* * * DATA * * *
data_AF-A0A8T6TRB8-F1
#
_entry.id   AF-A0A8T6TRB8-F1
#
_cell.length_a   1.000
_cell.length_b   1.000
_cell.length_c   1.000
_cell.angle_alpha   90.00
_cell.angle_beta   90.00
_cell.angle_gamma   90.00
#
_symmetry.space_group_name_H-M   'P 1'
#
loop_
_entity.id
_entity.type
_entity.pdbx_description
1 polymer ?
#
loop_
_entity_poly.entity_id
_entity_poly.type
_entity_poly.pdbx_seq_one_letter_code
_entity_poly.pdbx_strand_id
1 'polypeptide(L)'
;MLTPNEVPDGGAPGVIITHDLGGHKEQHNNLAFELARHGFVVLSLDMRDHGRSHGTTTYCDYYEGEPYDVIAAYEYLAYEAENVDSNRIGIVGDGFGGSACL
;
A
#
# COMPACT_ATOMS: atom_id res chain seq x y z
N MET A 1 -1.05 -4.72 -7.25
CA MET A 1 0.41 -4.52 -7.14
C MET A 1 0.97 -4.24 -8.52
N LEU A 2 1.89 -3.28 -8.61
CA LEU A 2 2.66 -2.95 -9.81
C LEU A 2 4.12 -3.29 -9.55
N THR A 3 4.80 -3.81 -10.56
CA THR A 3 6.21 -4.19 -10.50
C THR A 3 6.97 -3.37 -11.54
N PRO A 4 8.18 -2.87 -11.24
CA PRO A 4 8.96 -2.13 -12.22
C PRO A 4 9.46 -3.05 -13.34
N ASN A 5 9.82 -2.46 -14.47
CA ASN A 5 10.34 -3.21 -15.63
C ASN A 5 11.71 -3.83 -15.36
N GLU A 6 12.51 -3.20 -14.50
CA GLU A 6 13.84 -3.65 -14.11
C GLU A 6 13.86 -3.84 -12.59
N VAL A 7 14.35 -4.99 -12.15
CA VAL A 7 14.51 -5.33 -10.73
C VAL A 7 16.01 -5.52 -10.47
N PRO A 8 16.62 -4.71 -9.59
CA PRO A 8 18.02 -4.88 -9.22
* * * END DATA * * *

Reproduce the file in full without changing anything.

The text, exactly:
data_AF-A0A8T6TRB8-F1
#
_entry.id   AF-A0A8T6TRB8-F1
#
_cell.length_a   1.000
_cell.length_b   1.000
_cell.length_c   1.000
_cell.angle_alpha   90.00
_cell.angle_beta   90.00
_cell.angle_gamma   90.00
#
_symmetry.space_group_name_H-M   'P 1'
#
loop_
_entity.id
_entity.type
_entity.pdbx_description
1 polymer ?
#
loop_
_entity_poly.entity_id
_entity_poly.type
_entity_poly.pdbx_seq_one_letter_code
_entity_poly.pdbx_strand_id
1 'polypeptide(L)'
;MLTPNEVPDGGAPGVIITHDLGGHKEQHNNLAFELARHGFVVLSLDMRDHGRSHGTTTYCDYYEGEPYDVIAAYEYLAYEAENVDSNRIGIVGDGFGGSACL
;
A
#
# COMPACT_ATOMS: atom_id res chain seq x y z
N MET A 1 -1.05 -4.72 -7.25
CA MET A 1 0.41 -4.52 -7.14
C MET A 1 0.97 -4.24 -8.52
N LEU A 2 1.89 -3.28 -8.61
CA LEU A 2 2.66 -2.95 -9.81
C LEU A 2 4.12 -3.29 -9.55
N THR A 3 4.80 -3.81 -10.56
CA THR A 3 6.21 -4.19 -10.50
C THR A 3 6.97 -3.37 -11.54
N PRO A 4 8.18 -2.87 -11.24
CA PRO A 4 8.96 -2.13 -12.22
C PRO A 4 9.46 -3.05 -13.34
N ASN A 5 9.82 -2.46 -14.47
CA ASN A 5 10.34 -3.21 -15.63
C ASN A 5 11.71 -3.83 -15.36
N GLU A 6 12.51 -3.20 -14.50
CA GLU A 6 13.84 -3.65 -14.11
C GLU A 6 13.86 -3.84 -12.59
N VAL A 7 14.35 -4.99 -12.15
CA VAL A 7 14.51 -5.33 -10.73
C VAL A 7 16.01 -5.52 -10.47
N PRO A 8 16.62 -4.71 -9.59
CA PRO A 8 18.02 -4.88 -9.22